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Securing digital business

According to research by Lloyd’s and Juniper Research, the global cost of handling cyberattacks is expected to rise from $400 billion in 2015 to $2.1 trillion by 2019

To thrive as a digital business, you need the flexibility to adapt to changes and stay ahead of the curve. The technology services you need may change over time, or may vary across different areas of your environment.

According to research by Lloyd’s and Juniper Research, the global cost of handling cyberattacks is expected to rise from $400 billion in 2015 to $2.1 trillion by 2019.

The here and now… and what’s to come

Today’s enterprises are beginning to see the opportunities of the future coming into focus, but many are still trying to keep legacy systems stable and secure. In the next two to five years, entirely new ways of storing, sharing and using data will require a major shift in how enterprise think about identify, value and security. Over the next 10 years and beyond, enterprises will evolve rapidly, taking full advantages of opportunities for digital innovation, and working together to secure the clouds of data that have become essential for business and daily life.

Cybersecurity in Asia Pacific

The financial services industry has always been a target for cybercriminals, but with technological innovations like AI transforming the future of fintech, targeted attacks are becoming more and more prevalent. Case in point: According to research conducting in the cybercriminal underground earlier this year featured in Forbes, actors from Asia Pacific are highly active in carding activities (the trafficking of credit card and bank account details). The article noted:

The tactics, techniques and procedures (TTPs) involved in carding are being shared both in closed groups on Facebook and in deep web forums. Hackers from Bangladesh, Pakistan, India, the Philippines and Indonesia are observed to be the most active in this regard.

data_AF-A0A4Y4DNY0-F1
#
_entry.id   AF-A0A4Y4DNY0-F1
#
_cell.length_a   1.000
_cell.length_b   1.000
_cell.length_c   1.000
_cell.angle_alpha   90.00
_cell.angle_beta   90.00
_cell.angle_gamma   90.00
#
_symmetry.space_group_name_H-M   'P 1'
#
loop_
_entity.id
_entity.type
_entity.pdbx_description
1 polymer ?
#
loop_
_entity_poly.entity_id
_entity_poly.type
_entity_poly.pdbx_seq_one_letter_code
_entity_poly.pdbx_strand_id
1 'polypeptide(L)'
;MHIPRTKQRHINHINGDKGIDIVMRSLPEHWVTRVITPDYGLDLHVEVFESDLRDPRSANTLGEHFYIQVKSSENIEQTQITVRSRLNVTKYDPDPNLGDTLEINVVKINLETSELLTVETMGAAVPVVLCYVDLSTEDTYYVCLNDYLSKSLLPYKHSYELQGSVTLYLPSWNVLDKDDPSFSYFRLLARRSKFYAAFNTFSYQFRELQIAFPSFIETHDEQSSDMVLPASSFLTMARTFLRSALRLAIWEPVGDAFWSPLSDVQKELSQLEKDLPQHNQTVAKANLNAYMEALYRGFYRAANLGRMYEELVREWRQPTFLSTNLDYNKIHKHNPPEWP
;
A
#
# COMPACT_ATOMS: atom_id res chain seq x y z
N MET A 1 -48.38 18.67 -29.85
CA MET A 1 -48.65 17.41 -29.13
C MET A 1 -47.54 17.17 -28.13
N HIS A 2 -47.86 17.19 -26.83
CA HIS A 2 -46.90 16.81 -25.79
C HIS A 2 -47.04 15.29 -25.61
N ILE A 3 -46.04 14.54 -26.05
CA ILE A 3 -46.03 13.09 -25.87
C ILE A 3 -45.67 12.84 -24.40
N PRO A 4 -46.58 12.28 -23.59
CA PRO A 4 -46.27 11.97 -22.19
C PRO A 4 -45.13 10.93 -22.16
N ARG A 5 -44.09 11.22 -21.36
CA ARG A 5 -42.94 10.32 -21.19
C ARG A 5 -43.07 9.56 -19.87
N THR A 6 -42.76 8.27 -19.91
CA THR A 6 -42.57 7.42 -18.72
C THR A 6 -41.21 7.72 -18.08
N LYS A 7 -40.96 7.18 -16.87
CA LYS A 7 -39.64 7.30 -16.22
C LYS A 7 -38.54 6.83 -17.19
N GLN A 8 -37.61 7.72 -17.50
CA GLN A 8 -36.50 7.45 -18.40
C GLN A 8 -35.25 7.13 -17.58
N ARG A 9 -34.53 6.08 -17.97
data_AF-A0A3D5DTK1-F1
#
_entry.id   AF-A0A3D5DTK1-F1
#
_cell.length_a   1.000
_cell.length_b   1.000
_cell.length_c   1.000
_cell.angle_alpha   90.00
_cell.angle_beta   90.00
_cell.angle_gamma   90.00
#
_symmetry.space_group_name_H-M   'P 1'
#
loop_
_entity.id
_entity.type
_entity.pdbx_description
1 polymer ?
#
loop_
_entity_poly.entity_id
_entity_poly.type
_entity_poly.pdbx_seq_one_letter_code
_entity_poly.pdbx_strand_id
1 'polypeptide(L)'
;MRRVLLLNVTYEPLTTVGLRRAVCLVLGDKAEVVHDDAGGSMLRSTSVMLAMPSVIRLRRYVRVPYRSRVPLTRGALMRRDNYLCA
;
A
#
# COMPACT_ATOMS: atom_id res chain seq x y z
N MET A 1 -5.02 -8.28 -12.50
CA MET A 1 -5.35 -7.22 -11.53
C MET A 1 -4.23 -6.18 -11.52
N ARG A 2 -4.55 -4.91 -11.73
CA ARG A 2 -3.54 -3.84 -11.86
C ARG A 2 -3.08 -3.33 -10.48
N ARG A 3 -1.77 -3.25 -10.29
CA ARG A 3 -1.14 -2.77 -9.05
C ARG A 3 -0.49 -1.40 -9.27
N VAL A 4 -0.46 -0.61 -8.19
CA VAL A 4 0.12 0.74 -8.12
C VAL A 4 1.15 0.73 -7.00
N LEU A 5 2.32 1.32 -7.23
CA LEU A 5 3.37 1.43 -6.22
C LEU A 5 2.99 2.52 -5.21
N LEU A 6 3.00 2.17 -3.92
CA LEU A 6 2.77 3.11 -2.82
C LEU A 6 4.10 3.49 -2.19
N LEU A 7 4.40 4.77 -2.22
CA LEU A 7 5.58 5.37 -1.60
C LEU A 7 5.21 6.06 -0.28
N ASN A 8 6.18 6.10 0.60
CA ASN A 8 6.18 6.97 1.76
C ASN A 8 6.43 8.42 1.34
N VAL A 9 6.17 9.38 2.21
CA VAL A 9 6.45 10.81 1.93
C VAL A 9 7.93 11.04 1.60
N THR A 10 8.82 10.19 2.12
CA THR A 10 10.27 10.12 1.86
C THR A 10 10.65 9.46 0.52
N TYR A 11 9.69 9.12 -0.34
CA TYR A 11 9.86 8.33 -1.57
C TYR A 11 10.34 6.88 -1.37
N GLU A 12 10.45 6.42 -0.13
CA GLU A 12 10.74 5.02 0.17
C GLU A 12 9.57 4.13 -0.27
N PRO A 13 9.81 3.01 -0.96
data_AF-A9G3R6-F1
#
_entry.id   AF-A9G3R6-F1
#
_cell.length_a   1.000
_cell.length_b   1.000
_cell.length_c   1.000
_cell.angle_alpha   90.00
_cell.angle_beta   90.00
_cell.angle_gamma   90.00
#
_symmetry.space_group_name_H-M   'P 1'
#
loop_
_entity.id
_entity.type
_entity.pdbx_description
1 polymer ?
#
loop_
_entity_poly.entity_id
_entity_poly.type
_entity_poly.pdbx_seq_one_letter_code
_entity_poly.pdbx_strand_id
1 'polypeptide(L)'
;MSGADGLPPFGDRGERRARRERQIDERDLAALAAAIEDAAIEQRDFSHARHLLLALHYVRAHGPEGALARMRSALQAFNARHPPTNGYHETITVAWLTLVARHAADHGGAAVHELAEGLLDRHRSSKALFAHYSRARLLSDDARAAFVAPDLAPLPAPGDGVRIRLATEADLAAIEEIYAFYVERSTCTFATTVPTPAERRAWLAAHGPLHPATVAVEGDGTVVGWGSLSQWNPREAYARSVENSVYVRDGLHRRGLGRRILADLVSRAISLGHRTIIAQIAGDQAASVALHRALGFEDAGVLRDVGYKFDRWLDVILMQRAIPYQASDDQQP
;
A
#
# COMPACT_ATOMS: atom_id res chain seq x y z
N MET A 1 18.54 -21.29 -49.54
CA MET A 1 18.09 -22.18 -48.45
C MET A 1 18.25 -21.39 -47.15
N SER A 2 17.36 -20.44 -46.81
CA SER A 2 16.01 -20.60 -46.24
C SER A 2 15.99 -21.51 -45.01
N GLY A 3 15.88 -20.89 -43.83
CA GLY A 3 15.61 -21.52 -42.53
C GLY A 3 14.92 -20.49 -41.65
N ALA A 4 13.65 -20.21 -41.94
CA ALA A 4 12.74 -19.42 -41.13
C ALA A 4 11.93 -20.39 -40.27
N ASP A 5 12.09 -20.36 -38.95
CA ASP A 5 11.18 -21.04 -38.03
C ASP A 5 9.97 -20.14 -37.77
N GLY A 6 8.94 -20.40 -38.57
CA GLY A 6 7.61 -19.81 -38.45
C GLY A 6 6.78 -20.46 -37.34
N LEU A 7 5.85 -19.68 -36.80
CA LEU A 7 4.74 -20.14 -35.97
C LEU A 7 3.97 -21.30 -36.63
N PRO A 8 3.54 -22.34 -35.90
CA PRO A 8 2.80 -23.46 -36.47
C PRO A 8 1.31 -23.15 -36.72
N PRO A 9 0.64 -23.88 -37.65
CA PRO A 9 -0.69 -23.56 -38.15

‘Carding’ is a form of credit card fraud that typically involves the transfer of funds into a prepaid card, which can then be sold for cash. Cybercriminals that find sites that are vulnerable to SQLi (Structured Query Language injection) can gain access to databases of customers and their card information.

Cybercriminals that find sites vulnerable to SQLi can access customers and card info. Details:

At this point, it’s clear that creating a fixed technology infrastructure or strategy doesn’t just make sense – it’s a necessity. Applications and infrastructure are now being built with an agile mindset, able to be adapted quickly to presupposed not originally conceived of by their coders. The cloud promises huge potential for collaboration, and exponential increases in value, speed and efficiency, but brings with it an explosion of potential risks and vulnerabilities.

Cyberattacks abound in the digital age. But as you explore new ways of doing business, you need to balance risk with innovation. We’ll help you transform your network to be both the sensor and the enforcer of your security strategy. You’ll be able to shield your most precious asset, data, in ways that will allow you to risk less and achieve more. Want to learn more about the cyberthreats of tomorrow so you can protect your business today? Contact us to help you secure your business in the digital age.

Neville Burdan

Neville is the General Manager, Security at Dimension Data Asia Pacific